Research Department Working Paper n°41

Joint provision of income and employment support: Evidence from a crisis response in Uruguay

This paper analyses the effects of the activation and income-support interventions of the comprehensive social assistance intervention PANES, launched in Uruguay in May 2005 as an emergency plan to respond to a sharp deterioration of economic and social conditions in the country since 1999. It exploits the particular setup of the programme to assess the effects of the income support Ingreso Ciudadano (IC), which covered the entire pool of PANES participants, and the active component Trabajo por Uruguay (TxU), a public works programme implemented to increase the employability and social inclusion of beneficiaries.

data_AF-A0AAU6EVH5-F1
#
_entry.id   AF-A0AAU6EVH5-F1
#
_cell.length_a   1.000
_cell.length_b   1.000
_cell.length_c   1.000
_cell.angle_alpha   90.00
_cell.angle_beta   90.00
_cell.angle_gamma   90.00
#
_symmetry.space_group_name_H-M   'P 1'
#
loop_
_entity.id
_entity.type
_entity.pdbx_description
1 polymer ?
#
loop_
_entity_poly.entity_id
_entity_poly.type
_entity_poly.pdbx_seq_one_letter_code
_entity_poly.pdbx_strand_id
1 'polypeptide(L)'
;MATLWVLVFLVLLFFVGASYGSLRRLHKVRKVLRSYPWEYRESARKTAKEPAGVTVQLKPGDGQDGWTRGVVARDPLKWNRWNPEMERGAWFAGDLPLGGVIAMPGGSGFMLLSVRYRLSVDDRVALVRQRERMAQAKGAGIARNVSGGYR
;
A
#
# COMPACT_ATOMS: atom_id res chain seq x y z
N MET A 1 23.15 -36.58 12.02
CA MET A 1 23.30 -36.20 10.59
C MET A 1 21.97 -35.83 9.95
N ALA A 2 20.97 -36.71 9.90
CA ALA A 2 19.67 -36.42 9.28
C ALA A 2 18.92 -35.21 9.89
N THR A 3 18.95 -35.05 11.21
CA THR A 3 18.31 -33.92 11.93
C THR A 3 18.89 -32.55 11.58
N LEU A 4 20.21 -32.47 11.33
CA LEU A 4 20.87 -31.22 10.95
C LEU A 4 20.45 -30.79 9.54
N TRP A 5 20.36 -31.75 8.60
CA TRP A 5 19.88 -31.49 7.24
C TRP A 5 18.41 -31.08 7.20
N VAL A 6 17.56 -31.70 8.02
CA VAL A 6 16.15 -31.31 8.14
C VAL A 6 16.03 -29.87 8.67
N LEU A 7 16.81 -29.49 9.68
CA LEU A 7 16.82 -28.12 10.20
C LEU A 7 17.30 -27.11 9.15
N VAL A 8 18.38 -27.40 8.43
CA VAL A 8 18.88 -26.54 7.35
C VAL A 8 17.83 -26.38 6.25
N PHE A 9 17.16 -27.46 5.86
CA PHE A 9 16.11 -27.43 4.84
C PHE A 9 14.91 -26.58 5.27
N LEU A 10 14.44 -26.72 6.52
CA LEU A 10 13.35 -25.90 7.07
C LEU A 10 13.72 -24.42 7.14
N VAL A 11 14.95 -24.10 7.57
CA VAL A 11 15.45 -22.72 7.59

There is an increasing recognition in the policy debate of the importance of providing support to unemployed individuals through a combination of income support and active labour market policies. However, very little evidence exists on the effectiveness of this policy approach (and possible trade-offs) beyond developed economies. We provide one of the first evaluations of these schemes in the context of an emerging economy by looking at a public works programme implemented in Uruguay between 2005 and 2007 as part of a comprehensive cash transfer intervention that reached around 10 per cent of households in the country during a major recession. Exploiting specific eligibility criteria for participation in the cash transfer programme, we use rich administrative data of panel nature to study the effects of (i) participating in the public works programme (active component), (ii) receiving the cash transfer (income-support component) and, (iii) of benefiting of both the active and income-support programmes. We find that participation in the active programme has positive (albeit only marginally significant) effects on the employment probability, but non-significant effects on the quality of the job found. The positive employment effect does not generate displacement effects from participants to non-participants within the same household. However, the effect fades away when participants receive the cash transfer. Finally, the programme did not have any effect on measures of civic engagement and social integration.